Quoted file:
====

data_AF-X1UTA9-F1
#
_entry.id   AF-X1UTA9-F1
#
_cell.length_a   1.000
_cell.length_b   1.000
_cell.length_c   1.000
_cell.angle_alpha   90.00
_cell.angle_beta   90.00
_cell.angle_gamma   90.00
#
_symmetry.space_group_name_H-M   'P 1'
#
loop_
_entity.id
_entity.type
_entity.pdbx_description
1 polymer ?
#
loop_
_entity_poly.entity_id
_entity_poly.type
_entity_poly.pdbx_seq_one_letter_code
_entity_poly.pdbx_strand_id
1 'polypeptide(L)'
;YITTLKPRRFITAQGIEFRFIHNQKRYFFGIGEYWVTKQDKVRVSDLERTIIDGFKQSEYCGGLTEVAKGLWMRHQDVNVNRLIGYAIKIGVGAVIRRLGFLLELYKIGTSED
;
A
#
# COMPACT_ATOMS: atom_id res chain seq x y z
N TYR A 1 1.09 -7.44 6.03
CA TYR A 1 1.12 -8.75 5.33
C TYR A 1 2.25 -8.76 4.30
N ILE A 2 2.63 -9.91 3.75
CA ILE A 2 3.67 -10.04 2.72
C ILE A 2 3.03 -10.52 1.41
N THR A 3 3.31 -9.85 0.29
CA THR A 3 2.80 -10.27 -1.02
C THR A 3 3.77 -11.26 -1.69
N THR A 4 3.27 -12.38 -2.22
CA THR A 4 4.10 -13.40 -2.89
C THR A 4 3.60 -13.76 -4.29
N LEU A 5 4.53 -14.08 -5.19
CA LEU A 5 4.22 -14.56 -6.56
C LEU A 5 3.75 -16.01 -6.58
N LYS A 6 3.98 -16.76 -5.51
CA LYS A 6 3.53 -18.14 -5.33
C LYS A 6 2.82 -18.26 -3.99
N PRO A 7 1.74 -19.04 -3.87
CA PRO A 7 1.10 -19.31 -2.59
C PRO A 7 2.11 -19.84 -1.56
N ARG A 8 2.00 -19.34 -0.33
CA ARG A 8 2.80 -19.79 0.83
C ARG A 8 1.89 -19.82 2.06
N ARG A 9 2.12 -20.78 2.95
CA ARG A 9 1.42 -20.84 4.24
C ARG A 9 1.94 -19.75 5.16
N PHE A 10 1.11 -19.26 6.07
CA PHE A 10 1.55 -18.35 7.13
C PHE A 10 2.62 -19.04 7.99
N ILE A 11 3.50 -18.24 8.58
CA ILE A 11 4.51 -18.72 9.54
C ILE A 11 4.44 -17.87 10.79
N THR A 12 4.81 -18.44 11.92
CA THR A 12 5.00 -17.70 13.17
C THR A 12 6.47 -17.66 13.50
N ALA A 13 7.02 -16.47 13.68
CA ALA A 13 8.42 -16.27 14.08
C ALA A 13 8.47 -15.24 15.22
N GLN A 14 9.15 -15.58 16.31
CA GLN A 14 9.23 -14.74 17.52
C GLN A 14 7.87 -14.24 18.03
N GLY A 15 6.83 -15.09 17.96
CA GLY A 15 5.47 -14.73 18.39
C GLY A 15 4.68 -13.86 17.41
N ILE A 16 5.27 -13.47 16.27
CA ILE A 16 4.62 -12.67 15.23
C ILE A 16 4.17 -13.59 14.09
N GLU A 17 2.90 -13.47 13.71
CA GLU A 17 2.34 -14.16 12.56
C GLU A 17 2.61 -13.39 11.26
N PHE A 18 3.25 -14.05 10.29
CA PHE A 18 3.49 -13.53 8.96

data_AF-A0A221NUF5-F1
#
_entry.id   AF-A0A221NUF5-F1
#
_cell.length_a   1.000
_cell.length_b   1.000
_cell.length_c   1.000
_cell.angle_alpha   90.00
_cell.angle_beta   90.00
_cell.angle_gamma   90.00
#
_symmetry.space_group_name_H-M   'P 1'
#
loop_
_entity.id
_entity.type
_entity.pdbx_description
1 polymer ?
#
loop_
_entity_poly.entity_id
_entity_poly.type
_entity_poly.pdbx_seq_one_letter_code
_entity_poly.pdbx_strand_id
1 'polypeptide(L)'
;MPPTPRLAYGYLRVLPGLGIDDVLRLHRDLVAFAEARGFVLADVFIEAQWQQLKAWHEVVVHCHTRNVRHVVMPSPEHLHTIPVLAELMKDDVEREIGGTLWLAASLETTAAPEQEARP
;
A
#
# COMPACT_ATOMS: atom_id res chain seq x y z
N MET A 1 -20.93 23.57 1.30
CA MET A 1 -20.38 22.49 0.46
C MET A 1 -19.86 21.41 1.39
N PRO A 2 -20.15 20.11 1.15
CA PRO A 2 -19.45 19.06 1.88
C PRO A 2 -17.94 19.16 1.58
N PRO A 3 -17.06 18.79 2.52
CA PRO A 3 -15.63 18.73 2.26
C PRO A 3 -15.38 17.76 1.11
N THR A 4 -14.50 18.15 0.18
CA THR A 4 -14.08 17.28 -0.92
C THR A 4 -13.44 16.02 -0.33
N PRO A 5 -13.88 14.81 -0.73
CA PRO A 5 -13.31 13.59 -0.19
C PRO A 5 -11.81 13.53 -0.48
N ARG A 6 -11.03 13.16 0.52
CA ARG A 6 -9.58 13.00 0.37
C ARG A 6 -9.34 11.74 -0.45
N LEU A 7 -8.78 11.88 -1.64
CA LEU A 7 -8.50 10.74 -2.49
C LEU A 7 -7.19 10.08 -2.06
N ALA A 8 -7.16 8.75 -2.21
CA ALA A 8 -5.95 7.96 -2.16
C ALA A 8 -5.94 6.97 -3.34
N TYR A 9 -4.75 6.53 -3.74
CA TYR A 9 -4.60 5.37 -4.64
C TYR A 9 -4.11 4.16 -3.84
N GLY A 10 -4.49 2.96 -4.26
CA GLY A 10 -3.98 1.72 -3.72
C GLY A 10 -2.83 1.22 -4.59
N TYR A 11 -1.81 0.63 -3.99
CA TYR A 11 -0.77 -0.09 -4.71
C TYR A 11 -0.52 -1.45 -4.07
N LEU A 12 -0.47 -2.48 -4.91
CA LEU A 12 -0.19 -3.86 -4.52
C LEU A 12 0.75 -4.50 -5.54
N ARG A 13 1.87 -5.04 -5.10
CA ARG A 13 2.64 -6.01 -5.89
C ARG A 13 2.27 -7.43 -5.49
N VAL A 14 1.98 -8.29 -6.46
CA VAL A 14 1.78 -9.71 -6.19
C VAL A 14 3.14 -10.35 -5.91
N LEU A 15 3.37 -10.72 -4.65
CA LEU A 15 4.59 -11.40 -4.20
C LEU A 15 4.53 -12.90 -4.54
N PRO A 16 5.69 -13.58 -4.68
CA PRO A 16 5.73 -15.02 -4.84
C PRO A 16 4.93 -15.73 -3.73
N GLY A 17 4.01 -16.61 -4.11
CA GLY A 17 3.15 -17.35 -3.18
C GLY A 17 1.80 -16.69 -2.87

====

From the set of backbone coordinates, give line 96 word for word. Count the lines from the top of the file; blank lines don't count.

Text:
#